One major problem with Shadow of the Hegemon (and the one that I found to be the most bizarre) is that it doesn't really appear to be set in the future. Card never tells us exactly what year it's supposed to be, but we know that humanity has spent several generations fighting a major interstellar war, we've built fleets of starships with weapons capable of destroying entire planets, and we've unlocked the secrets of faster-than-light communication. Yet for some reason, virtually all of the technology - military and otherwise - in Shadow of the Hegemon seems to be from only a few years in the future. People are still flying around in helicopters, shooting gunpowder machine guns at each other, and generally living their lives and fighting in the way one would expect two or three years from now. The world's geo-political situation is also largely unchanged, with most of the world's nations characterized by political stereotypes from today. Although this in itself doesn't really ruin the book, it's all jarringly incongruous with the previous books in the series.
A second, more fundamental problem has to do with the way in which the main characters in the story interact with their world. The battle school children seem more like forces of nature than actual characters. They seem to be so far above the rest of humanity that they come to dominate everyone and everything they come into contact with, despite that fact that most of them are small children. The entire world seems to bend itself to their will, and they alone are able to successfully oppose each other.
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Format: Mass Market Paperback
I am sure that I am not the only one that suspects that Card wrote Ender's Shadow to take one final squeeze out of the cash cow that is Ender's Game. How fitting the book is called Ender's Shadow, because it IS the same story, the same characters, only paler in comparison. Bean is an interesting character and perhaps Card should have expounded more on the other battle school kids earlier, but to retrofit the story this way is just plain unnecessary. It lacks the newness, uniqueness, and ultimately - the surprise ending of the original. Most of the book is rehashing the same events of EG, but with a seething, gnashing jealous, yet superior, Bean in the background. With the help of Sister Carlotta, he does redeem himself from being a soulless, arrogant Napoleonic runt, though not by much. What is next? We will find out that it was Petra - the real uber supremo genius, not Bean, not Ender - who won the war?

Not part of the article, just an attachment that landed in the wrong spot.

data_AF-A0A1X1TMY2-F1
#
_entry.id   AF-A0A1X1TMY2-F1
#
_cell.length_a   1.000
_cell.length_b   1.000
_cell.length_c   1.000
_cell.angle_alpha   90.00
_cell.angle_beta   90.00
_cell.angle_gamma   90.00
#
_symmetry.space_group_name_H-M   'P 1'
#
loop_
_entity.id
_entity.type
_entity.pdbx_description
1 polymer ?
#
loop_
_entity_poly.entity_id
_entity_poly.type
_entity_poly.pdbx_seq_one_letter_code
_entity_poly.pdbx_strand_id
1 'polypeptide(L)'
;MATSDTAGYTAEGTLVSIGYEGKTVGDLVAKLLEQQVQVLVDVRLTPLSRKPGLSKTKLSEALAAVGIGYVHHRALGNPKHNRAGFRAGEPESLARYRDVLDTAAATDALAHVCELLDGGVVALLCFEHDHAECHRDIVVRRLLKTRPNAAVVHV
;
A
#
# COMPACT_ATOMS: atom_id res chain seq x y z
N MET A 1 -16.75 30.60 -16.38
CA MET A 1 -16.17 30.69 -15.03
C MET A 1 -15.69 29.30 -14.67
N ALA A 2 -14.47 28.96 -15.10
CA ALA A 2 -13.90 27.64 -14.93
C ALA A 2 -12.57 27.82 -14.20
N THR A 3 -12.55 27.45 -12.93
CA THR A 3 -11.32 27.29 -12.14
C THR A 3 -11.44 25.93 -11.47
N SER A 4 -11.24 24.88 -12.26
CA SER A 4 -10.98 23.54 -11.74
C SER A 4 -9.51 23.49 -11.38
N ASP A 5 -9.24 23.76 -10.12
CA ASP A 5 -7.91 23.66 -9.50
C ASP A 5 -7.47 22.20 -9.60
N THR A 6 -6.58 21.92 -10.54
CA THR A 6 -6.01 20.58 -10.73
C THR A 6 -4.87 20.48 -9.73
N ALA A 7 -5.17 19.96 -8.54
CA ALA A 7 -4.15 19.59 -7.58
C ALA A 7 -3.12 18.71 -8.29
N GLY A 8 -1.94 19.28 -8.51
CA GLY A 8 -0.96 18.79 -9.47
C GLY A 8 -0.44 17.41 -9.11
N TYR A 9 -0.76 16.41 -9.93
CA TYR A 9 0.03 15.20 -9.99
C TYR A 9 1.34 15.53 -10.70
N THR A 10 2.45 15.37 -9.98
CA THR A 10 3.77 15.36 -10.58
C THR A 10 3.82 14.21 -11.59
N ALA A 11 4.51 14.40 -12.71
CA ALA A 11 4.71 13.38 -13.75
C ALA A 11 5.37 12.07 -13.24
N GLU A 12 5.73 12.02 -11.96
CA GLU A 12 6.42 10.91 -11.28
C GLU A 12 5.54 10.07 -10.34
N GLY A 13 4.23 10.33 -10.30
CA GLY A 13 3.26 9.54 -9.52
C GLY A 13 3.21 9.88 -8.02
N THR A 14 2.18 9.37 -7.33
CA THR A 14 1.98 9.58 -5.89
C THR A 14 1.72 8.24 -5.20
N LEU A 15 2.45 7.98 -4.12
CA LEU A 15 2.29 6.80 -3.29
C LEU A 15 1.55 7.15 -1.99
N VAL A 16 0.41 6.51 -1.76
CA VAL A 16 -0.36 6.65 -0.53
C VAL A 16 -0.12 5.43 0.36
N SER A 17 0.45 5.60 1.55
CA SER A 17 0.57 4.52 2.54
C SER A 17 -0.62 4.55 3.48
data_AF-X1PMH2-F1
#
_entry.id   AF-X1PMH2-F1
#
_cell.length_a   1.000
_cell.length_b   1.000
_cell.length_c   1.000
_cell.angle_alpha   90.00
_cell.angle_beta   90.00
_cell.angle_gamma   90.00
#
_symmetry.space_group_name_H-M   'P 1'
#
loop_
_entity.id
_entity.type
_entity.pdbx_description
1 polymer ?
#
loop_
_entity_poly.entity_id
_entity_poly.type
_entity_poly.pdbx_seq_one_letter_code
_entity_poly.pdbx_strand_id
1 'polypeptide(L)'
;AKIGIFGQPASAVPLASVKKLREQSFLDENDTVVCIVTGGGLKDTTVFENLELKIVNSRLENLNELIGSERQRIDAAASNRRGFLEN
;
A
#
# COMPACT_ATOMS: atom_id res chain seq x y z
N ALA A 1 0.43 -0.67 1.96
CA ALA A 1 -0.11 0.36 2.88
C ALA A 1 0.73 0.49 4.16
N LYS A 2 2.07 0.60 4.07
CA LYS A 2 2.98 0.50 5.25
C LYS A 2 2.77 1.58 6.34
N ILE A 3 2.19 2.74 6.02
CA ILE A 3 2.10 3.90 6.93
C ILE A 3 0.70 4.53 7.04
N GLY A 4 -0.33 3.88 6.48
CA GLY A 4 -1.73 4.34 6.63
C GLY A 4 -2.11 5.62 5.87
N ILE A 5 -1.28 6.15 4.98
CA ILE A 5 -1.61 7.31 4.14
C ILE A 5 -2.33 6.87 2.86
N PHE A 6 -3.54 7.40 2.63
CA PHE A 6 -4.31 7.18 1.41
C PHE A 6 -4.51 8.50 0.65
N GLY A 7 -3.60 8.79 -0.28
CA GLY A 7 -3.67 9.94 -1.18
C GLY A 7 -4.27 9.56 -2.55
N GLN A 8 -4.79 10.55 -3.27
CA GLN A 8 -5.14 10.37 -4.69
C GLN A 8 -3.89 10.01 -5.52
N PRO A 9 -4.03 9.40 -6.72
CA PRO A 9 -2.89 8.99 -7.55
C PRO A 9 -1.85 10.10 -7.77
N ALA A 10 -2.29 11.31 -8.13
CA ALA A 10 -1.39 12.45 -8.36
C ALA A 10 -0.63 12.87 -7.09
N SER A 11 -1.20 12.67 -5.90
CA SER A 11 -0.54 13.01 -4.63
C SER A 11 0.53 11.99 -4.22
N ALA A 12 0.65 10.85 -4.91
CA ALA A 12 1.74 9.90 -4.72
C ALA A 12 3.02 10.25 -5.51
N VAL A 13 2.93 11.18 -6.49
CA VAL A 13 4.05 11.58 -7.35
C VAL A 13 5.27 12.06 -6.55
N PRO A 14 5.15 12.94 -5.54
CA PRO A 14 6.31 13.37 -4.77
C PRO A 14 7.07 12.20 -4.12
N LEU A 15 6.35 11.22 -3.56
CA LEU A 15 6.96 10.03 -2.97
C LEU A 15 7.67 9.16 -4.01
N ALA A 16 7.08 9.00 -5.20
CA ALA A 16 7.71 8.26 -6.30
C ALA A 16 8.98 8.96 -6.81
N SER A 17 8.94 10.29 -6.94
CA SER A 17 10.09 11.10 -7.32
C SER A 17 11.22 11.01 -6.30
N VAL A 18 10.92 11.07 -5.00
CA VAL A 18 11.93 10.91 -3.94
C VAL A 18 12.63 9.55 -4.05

What is new: modern technology that justifies Bean's abnormal genius traits. There is one particular scene that some may find ludicrous involving Bean's miraculous feats of survival whilst in diapers. This first book is insubstantial, but I do recommended giving it a run anyway, as the rest of the series takes an arc that a lot of Ender fans were yearning for - the first couple of years post Battle School. The tale takes on mythic proportions as the young prodigies assume leadership of various nations and battle for control of Earth - against an arch nemesis named, quite suitably, "Achilles". It is less sci-fi and more speculative political drama with a dose of Card's singular use of child heroes.
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By A Customer on Jan. 9 2004
Format: Hardcover
Nobody liked Orson Scott Card's great books more than I did: Speaker for the Dead, Ender's Game, and the first few books of the Alvin Maker series are real classics.
Which makes my disappointment at reading Shadow of the Hegemon all the more heartfelt.
If you are a complete OSC fanatic, or a 16 year old science fiction fan, go ahead and read it. It does have a certain amount of Heinlein-esque derring-do and fun. For anyone expecting more from a book, like fully fleshed out characters, a fully imagined universe, or even a modicum of plausibility, you can do much better.
The story continues the adventures of Ender Wiggin's sidekick Bean from Ender's Game; after being returned to Earth at the end of the Formic War, Battle School kids have become prized commodities and the ones from Ender's group become sort of pawns in an immense and totally implausible geopolitical game. Inexplicably, one battle school reject, a psycho street kid from Bean's past, as taken over Russia and has led them try to capture all of Ender's team. Petra is captured, Bean is on the run, and Peter Wiggin is on the way to not only becoming Hegemon but having a miraculous transformation into a nice guy, apparently because his parents told him (once) that they were as proud of him as they were of Ender. A couple of leaks to the captured kids, except for Petra who's dragged off by the pscyho to India; she inexplicably follows him around missing many opportunities to escape as he plots India's attack on Burma and Thailand, then all his plans fail but WAIT he was actually working for the Chinese all along, and Bean allows him to escape when he finally rescues her. And Bean and Peter are so successful that China ends up capturing India, Burma, and Thailand whom they were helping...